# Brauer’s ovals theorem

Let $A$ be a square complex matrix, $R_{i}=\sum_{j\neq i}\left|a_{ij}\right|\quad 1\leq i\leq n$. Let’s consider the ovals of this kind: $O_{ij}=\left\{z\in\mathbb{C}:\left|z-a_{ii}\right|\left|z-a_{jj}\right|\leq R_% {i}R_{j}\right\}\quad\forall i\neq j$. Such ovals are called Cassini ovals.

Proof: Let $(\lambda,\mathbf{v})$ be an eigenvalue-eigenvector pair for $A$, and let $v_{p},v_{q}$ be the components  of $\mathbf{v}$ with the two maximal absolute values    , that is $\left|v_{p}\right|\geq\left|v_{q}\right|\geq\left|v_{i}\right|\quad\forall i\neq p$. (Note that $\left|v_{p}\right|\neq 0$, otherwise $\mathbf{v}$ should be all-zero, in contrast with eigenvector    definition). We can also assume that $\left|v_{q}\right|$ is not zero, because otherwise $A\mathbf{v}=\lambda\mathbf{v}$ would imply $a_{pp}=\lambda$, which trivially verifies the thesis. Then, since $A\mathbf{v}=\lambda\mathbf{v}$, we have:

$(\lambda-a_{pp})v_{p}=\sum_{j=1,j\neq p}^{n}a_{pj}v_{j}$

and so

$\left|\lambda-a_{pp}\right|\left|v_{p}\right|=\left|\sum_{j=1,j\neq p}^{n}a_{% pj}v_{j}\right|\leq\sum_{j=1,j\neq p}^{n}\left|a_{pj}\right|\left|v_{j}\right|% \leq\sum_{j=1,j\neq p}^{n}\left|a_{pj}\right|\left|v_{q}\right|=R_{p}\left|v_{% q}\right|$

that is

$\left|\lambda-a_{pp}\right|\leq R_{p}\frac{\left|v_{q}\right|}{\left|v_{p}% \right|}$.

In the same way, we obtain:

$\left|\lambda-a_{qq}\right|\leq R_{q}\frac{\left|v_{p}\right|}{\left|v_{q}% \right|}$.

Multiplying the two inequalities, the two fractional terms vanish, and we get:

$\left|\lambda-a_{pp}\right|\left|\lambda-a_{qq}\right|\leq R_{p}R_{q}$

which is the thesis.$\square$

Remarks:

1) Much like the Levy-Desplanques theorem states a sufficient condition, based on Gerschgorin circles, for non-singularity of a matrix, Brauer’s theorem can be employed to state a similar  sufficient condition; namely, the following result of Ostrowski holds:

Corollary: Let $A$ be a $n\times n$ complex-valued matrix; if for all $i\neq j$ we have $\left|a_{ii}\right|\left|a_{jj}\right|>R_{i}R_{j}$, then $A$ is non singular  .

The proof is obvious, since, by Brauer’s theorem, the above condition excludes the point $z=0$ from the spectrum of $A$, implying this way $\det(A)\neq 0$.

2) Since both Gerschgorin’s and Brauer’s results rely upon the same $2n$ numbers, namely $\left\{a_{ii}\right\}_{i=1}^{n}$ and $\left\{R_{i}\right\}_{i=1}^{n}$, one may wonder if Brauer’s result is stronger than Gerschgorin’s one; actually, the answer is positive  , as the following inclusion shows:

Corollary: Let $G(A)=\bigcup_{i=1}^{n}D_{i}(A)$ and $B(A)=\bigcup_{i\neq j}^{n}O_{ij}(A)$ be respectively Gershgorin and Brauer eigenvalues inclusion regions ($D_{i}(A)$ are the Gerschgorin circles and $O_{ij}(A)$ are the Brauer’s Cassini ovals); then

$B(A)\subseteq G(A)$.

Proof: Let $O_{ij}$ be one of the $n(n-1)/2$ ovals of Cassini for matrix $A$ and be $z\in O_{ij}$. If $R_{i}=0$ or $R_{j}=0$, Brauer’s theorem imply $z=a_{ii}$ or $z=a_{jj}$ respectively; but since both $a_{ii}$ and $a_{jj}$ belong to their respective Gerschgorin circles, we have $z\in(D_{i}\cup D_{j})$. If both $R_{i}>0$ and $R_{j}>0$, then we can write:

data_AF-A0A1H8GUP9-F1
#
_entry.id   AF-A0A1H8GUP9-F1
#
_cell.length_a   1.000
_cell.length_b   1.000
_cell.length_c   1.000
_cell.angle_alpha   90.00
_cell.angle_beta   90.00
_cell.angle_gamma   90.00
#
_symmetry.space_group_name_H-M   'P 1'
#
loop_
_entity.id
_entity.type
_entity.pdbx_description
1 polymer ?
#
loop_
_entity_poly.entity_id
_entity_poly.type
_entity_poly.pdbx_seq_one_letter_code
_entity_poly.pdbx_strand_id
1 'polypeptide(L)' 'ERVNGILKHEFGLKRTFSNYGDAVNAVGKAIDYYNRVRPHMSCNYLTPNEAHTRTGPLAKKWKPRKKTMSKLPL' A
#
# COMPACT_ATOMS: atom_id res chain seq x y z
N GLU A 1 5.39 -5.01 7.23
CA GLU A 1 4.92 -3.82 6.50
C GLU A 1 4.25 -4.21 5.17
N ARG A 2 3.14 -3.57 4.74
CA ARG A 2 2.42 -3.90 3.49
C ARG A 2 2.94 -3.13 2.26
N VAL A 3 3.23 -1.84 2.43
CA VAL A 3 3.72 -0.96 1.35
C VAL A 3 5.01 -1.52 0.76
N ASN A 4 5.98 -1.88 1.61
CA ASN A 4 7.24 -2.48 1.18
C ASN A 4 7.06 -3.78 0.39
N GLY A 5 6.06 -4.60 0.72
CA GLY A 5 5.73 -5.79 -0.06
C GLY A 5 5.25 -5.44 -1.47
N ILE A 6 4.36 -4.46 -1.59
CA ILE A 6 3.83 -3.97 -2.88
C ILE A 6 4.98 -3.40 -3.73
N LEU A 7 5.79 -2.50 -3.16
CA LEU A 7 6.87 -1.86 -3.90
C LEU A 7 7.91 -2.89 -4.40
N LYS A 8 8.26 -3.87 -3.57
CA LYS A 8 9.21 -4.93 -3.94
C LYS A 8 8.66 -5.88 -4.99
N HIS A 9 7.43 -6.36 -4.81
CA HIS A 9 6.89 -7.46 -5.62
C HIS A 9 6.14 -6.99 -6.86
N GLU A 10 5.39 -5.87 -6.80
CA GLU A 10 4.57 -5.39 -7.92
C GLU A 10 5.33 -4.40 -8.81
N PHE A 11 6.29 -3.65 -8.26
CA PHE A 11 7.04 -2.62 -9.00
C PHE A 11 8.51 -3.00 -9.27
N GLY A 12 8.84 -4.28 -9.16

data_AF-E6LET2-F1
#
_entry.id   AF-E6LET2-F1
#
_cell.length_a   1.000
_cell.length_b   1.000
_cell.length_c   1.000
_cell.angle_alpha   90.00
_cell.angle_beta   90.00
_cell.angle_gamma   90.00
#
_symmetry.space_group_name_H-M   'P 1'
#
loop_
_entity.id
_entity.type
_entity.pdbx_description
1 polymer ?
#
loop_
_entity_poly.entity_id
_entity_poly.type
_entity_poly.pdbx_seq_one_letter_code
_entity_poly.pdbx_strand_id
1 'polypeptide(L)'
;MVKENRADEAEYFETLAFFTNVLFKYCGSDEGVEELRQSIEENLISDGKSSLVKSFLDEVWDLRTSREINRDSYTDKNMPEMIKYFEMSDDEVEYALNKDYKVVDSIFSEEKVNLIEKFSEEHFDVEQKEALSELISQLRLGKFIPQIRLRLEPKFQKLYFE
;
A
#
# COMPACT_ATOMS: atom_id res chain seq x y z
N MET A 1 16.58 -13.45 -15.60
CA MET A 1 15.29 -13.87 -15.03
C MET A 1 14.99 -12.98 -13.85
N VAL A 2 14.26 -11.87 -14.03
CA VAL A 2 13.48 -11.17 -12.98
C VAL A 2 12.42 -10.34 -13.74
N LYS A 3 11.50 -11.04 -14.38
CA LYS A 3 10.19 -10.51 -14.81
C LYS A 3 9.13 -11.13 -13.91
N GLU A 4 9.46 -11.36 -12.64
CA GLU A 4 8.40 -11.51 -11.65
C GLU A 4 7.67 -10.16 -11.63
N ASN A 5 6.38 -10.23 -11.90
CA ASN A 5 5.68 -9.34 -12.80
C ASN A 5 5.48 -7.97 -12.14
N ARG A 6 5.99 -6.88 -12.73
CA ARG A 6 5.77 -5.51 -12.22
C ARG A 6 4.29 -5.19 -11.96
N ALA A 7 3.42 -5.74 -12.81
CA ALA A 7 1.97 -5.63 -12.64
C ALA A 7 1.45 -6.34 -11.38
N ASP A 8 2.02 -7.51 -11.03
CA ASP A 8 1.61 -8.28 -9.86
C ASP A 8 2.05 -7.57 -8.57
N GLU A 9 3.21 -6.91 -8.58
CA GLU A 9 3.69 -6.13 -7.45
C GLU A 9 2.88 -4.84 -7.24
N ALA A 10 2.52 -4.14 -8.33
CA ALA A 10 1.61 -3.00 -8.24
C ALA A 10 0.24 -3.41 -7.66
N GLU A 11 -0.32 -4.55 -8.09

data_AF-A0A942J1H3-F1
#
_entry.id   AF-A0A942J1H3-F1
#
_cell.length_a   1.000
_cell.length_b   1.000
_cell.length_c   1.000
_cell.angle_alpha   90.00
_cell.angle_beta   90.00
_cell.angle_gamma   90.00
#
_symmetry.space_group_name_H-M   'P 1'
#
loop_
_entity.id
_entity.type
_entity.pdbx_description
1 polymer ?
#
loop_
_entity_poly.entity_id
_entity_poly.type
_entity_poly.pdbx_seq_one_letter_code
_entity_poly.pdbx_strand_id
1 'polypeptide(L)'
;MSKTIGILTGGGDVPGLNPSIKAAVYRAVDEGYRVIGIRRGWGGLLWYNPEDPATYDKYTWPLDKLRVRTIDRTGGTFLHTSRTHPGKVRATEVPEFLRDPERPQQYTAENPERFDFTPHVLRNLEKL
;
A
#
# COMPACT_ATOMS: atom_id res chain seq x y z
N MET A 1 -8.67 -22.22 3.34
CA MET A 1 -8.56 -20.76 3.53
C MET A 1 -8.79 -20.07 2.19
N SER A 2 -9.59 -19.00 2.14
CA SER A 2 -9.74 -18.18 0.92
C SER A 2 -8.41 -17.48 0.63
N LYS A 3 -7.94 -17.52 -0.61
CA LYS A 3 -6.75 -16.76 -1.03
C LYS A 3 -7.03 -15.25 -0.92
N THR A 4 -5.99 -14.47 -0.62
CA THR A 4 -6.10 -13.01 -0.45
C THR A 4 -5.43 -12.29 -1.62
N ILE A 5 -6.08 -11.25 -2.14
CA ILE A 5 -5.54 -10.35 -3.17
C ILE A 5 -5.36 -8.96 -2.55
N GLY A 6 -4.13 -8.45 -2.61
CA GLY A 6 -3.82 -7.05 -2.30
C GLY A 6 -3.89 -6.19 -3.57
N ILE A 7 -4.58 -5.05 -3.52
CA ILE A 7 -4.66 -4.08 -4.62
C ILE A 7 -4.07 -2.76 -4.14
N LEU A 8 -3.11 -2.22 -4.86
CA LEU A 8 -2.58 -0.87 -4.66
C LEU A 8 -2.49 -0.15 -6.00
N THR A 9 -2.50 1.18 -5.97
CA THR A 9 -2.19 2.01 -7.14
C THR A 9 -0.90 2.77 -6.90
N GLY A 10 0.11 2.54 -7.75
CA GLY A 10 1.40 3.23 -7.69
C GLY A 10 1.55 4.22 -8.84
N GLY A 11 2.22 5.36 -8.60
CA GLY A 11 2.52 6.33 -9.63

$\frac{\left|z-a_{ii}\right|}{R_{i}}\cdot\frac{\left|z-a_{jj}\right|}{R_{j}}% \leq 1.$

For the left-hand side to be not greater than 1, $\frac{\left|z-a_{ii}\right|}{R_{i}}$ or $\frac{\left|z-a_{jj}\right|}{R_{j}}$ must be not greater than 1, which in turn means $z\in D_{i}$ or $z\in D_{j}$, that is $z\in(D_{i}\cup D_{j})$. This way, we proved that $O_{ij}\subseteq(D_{i}\cup D_{j})$; now, we have:

$B(A)=\bigcup_{i\neq j}O_{ij}\subseteq\bigcup_{i=1}^{n}D_{i}=G(A)$.

3) It’s obvious from definition that there are infinitely many matrices which generate the same ovals of Cassini: namely, let’s define

$\Omega(A)=\left\{M\in\mathbf{C}^{n\times n}:m_{ii}=a_{ii},R_{i}(M)=R_{i}(A)\right\}$

as the set of all matrices which share the same ovals of Cassini as $A$. Then, by Brauer’s theorem, we have, for all $M\in\Omega$ matrices,

 $\sigma(M)\subseteq B(A),$

and therefore, having defined $\sigma(\Omega)=\bigcup_{M\in\Omega}\sigma(M)$, we have

 $\sigma(\Omega)\subseteq B(A).$

One may then ask how sharp this inclusion is, which, informally speaking, is equivalent    to asking how ”efficient” is the ”use”, by Brauer’s theorem, of the 2n pieces of information $\left\{a_{ii}\right\}_{i=1}^{n}$ and $\left\{R_{i}\right\}_{i=1}^{n}$ in the construction of inclusion sets (if for example we found the inclusion to be very loose, that is $\sigma(\Omega)$ to be a very little subset of $B(A)$, we could conjecture that the knowledge of the 2n numbers used by Brauer’s theorem should have led to a more precise bounding, since the spectra of all matrices which share these numbers lie in a much smaller region). It has been proven that actually

 $\sigma(\Omega)=B(A),$

thus showing Brauer’s ovals are optimal ones under this point of view.

## References

• 1 S. Gerschgorin, Uber die Abgrenzung der Eigenwerte einer Matrix, Isv. Akad. Nauk USSR Ser. Mat., 7 (1931), pp. 749-754
• 2 A. Brauer, Limits for the characteristic roots of a matrix II, Duke Math. J. 14 (1947), pp. 21-26
• 3 R. S. Varga and A. Krautstengl, On Gersgorin-type problems and ovals of Cassini, Electron. Trans. Numer. Anal., 8 (1999), pp. 15-20
• 4 Richard S. Varga, Gersgorin-type eigenvalue inclusion theorems and their sharpness,Electronic Transactions on Numerical Analysis. Volume 12 (2001), pp. 113-133
Title Brauer’s ovals theorem BrauersOvalsTheorem 2013-03-22 15:35:30 2013-03-22 15:35:30 Andrea Ambrosio (7332) Andrea Ambrosio (7332) 15 Andrea Ambrosio (7332) Algorithm msc 15A42 GershgorinsCircleTheorem